Pandemic Update for 2021-11-06: Paxlovid
Items of recent pandemic news: Deer may provide a SARS-CoV-2 reservior; OSHA promulgates rules implementing the Biden administration’s workplace vaccine mandate; and a strong showing for Pfizer’s oral medication against SARS-CoV-2. Plus a frippery.
Pfizer’s anti-Covid pill shows strong results
The title today, Paxlovid, is the name Pfizer will use for its oral Covid pill if and when the FDA approves it for sale. The company announced yesterday that an interim analysis of its Phase II / III trial showed 89% reduction in the risk of hospitalization among high-risk patients with mild or moderate Covid-19. The course of pills began within three or five days of symptom onset. The trial was cut short for effectiveness (as was that of Merck’s candidate the week before) — results were so strong that it would no longer be ethical to continue giving a placebo to half the participants.
Pfizer will submit this data to the FDA as part of its rolling submission for an emergency use authorization. Its success follows that of Merck’s molnupiravir, which just received emergency authorization in the UK. (The British regulator has a habit of moving fast; it was the first in the world to authorize the Pfizer / BioNTech vaccine.)
Pfizer’s candidate is a compound of the antiviral ritonavir, a protease inhibitor. It has shown action against not only all SARS-CoV-2 variants of concern, but also other coronaviruses. Like Merck’s candidate, Pfizer’s is taken as a course of two pills a day for five days. The US government is negotiating for access to the medication. Those hoping that competition would bring down the pills’ price may be disappointed to read reporting that the price under discussion is the same $700 per course.
Here are stories on this second promising oral treatment from MPR, Stat News, and the NY Times.
OSHA rule for workplace mandates
Yesterday the Occupational Safety and Health Administration issued the proposed rule implementing the Biden administration’s workplace vaccination mandate. This filing begins a 31-day comment period; the rule will go into effect December 5.
Some US states — 24 in number by one report — have said they will file a lawsuit to block the mandate, claiming that Congress never gave OSHA the authority to issue such a rule.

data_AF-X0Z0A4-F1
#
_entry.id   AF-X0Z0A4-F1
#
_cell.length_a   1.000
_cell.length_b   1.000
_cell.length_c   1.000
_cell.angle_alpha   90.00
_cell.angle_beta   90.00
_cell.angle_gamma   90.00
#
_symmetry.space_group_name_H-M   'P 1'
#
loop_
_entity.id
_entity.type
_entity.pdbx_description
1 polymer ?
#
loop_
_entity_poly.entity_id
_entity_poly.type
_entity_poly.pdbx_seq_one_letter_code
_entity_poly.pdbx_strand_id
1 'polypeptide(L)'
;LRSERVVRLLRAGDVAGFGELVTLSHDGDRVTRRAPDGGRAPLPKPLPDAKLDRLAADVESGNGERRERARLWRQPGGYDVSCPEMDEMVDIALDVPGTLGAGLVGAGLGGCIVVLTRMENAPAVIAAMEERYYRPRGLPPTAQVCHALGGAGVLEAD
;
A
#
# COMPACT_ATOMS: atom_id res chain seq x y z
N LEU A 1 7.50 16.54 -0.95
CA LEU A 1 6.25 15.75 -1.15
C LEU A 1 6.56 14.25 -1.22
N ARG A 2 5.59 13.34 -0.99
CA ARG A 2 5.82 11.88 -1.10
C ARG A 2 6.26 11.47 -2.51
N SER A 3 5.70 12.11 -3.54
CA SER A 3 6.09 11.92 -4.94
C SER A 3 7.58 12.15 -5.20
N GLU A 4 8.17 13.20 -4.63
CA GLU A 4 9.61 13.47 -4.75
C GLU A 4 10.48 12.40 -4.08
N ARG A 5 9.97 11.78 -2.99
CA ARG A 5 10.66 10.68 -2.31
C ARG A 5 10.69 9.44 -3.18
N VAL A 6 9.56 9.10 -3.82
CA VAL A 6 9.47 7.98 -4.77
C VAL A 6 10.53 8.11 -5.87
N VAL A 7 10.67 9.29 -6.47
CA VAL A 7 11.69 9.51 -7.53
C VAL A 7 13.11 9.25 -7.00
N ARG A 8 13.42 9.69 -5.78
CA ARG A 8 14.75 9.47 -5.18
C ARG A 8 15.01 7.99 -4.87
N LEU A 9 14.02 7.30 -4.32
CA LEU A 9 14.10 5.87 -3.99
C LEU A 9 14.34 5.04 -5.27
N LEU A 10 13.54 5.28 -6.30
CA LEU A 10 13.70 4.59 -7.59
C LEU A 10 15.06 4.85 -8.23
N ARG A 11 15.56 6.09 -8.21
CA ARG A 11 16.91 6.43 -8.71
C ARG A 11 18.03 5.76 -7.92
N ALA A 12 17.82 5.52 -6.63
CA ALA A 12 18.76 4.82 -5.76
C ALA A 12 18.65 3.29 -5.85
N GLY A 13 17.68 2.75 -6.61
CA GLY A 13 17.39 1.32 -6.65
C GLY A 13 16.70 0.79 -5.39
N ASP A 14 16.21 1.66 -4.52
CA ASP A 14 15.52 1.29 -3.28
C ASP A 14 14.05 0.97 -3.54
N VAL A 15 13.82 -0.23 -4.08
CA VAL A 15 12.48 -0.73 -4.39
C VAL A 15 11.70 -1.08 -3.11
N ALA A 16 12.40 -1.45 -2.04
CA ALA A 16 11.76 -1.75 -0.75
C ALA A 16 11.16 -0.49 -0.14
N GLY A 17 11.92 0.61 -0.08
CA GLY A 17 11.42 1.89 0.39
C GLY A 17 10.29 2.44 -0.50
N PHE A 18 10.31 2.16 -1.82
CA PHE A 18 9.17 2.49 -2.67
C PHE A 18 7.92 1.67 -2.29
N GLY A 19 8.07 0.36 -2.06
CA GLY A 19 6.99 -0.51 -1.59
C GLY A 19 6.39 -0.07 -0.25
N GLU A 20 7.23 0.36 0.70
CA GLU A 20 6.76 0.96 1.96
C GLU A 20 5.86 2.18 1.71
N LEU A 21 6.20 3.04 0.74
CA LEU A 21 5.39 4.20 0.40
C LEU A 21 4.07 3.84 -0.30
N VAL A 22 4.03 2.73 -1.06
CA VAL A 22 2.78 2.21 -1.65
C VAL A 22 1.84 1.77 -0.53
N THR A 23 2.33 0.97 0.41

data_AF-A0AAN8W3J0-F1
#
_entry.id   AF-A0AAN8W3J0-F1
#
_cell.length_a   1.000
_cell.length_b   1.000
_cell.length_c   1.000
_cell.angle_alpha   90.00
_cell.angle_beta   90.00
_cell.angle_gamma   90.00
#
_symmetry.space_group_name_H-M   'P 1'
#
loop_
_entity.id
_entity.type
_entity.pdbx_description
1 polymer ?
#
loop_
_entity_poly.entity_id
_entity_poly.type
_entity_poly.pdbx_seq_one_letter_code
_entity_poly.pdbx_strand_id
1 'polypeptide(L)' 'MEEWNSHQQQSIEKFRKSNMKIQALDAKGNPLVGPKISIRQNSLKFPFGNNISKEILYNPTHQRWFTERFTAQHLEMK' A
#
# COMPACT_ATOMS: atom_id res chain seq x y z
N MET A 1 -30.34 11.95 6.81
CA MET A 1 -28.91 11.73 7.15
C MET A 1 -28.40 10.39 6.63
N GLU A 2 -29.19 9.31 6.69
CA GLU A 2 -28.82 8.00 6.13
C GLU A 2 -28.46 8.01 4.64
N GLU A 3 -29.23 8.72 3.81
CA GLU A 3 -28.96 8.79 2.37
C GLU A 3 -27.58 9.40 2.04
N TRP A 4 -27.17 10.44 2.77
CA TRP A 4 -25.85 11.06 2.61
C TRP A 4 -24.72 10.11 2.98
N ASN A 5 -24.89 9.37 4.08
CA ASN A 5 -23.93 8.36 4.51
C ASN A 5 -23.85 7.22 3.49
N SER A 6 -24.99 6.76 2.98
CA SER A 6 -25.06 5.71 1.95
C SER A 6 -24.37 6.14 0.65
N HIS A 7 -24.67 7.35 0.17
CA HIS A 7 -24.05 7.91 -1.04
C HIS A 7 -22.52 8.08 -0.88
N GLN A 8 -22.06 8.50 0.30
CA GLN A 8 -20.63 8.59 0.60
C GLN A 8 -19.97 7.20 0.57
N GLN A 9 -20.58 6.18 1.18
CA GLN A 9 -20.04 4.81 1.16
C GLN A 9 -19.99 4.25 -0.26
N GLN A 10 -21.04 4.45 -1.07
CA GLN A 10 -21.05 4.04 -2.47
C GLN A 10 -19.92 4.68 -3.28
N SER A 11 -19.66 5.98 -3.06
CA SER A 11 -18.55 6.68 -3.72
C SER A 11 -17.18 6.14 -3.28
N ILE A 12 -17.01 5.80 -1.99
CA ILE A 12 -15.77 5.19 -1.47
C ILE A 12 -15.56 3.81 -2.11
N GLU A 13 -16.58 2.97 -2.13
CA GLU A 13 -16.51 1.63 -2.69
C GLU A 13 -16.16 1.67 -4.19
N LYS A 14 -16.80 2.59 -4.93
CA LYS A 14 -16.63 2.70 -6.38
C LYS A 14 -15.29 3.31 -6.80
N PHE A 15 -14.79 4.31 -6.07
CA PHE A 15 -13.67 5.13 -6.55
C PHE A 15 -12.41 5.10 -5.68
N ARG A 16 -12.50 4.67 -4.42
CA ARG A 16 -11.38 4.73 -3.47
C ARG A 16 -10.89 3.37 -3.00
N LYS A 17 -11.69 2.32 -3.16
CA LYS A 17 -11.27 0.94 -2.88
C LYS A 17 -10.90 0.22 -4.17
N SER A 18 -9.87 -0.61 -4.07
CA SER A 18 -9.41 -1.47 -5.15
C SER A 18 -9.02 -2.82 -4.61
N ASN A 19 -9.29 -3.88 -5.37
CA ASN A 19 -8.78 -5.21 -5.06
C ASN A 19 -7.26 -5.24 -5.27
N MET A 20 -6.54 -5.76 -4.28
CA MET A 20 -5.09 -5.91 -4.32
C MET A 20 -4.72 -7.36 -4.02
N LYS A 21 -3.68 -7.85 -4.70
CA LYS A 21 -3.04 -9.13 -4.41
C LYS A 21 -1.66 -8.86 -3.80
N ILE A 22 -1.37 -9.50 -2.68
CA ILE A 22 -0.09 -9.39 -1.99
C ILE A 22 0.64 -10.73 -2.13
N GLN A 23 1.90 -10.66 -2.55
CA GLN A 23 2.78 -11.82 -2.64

As expected, the rule says that companies with more than 100 employees will be required to mandate shots for all, or regular testing and masking for those who are granted an exemption. Workers must comply by January 4, 2022. Remote workers, and those working outdoors, will not fall under the rule, which will apply to about 84 million employees.
OSHA says that employers must offer up to 4 hours of paid time off for employees to get vaccinated and must pay for sick time if employees need to recover from side effects.
Employees who are granted an exemption for medical or religious reasons (at the sole discretion of the employer) will need to get tested weekly and to wear a mask in the workplace. The company is not required to offer paid time off for testing.
The NY Times has a useful guide to the ins and outs of the mandate.
Over the summer, USDA workers sampled wild white-tailed deer in Michigan and three other states and found antibodies to SARS-CoV-2 in about a third of the animals sampled. (Deer don’t show symptoms when infected with SARS-CoV-2.) We assumed the infection had passed from people to deer, either directly or via some intermediate species, but didn’t know whether it spread among the animals; and we didn’t (and still don’t) know whether it can jump from deer back to humans.
A new study of free-living and captive white-tailed deer in Iowa is providing some answers (the link is to a preprint). Researchers found both widespread infection and indications of onward transmission. The kinetics of the deer infections and their timing relative to viral spread in the human world point to direct infection from humans and make an intermediate species less likely.
Ars Technica has been keeping up with this story of what may prove to be a worrisome animal reservoir for SARS-CoV-2. Their latest coverage is here.
Frippery: Timeline of the human condition
Today’s frippery is a Timeline of the Human Condition, created and curated by C. Patrick Doncaster, a professor of population ecology at Southampton University in the UK.
My goal with the fripperies is to provide something compelling and diverting on the web that is not all about SARS-CoV-2 and the pandemic. Often the fripperies are amusing, but that is not a primary criterion for their selection. Today’s pick leans hard towards the compelling end of the spectrum.
Professor Doncaster’s timeline is old-school; it would not have been out of place on the web of 1996. The timeline is a simple list of (currently) 613 items of the history of the cosmos, the solar system, the earth, human evolution, cultural development, empires and conquests, science, industry, technology, and much more. Each item has a date before present time and usually a link or two.
(According to archive.org the first version of the timeline went up in February 2016. It had a little over 1/6 as many historical points as the present incarnation, and no links.)
It is possible to get lost in those links; I know from experience. One that captured me for an hour or so is the possible effects of nearby supernova explosions on life on earth. Did you know that our solar system exists in a bubble in space swept clean of dust and gas by a series of supernova blasts? I didn’t.
Did you know that our ancestors’ use of glue predates the domestication of fire? I didn’t.
Sometimes the frippery is the best part! 😉
😀 OK, please share which rabbit hole(s) you personally got lost in from the Timeline!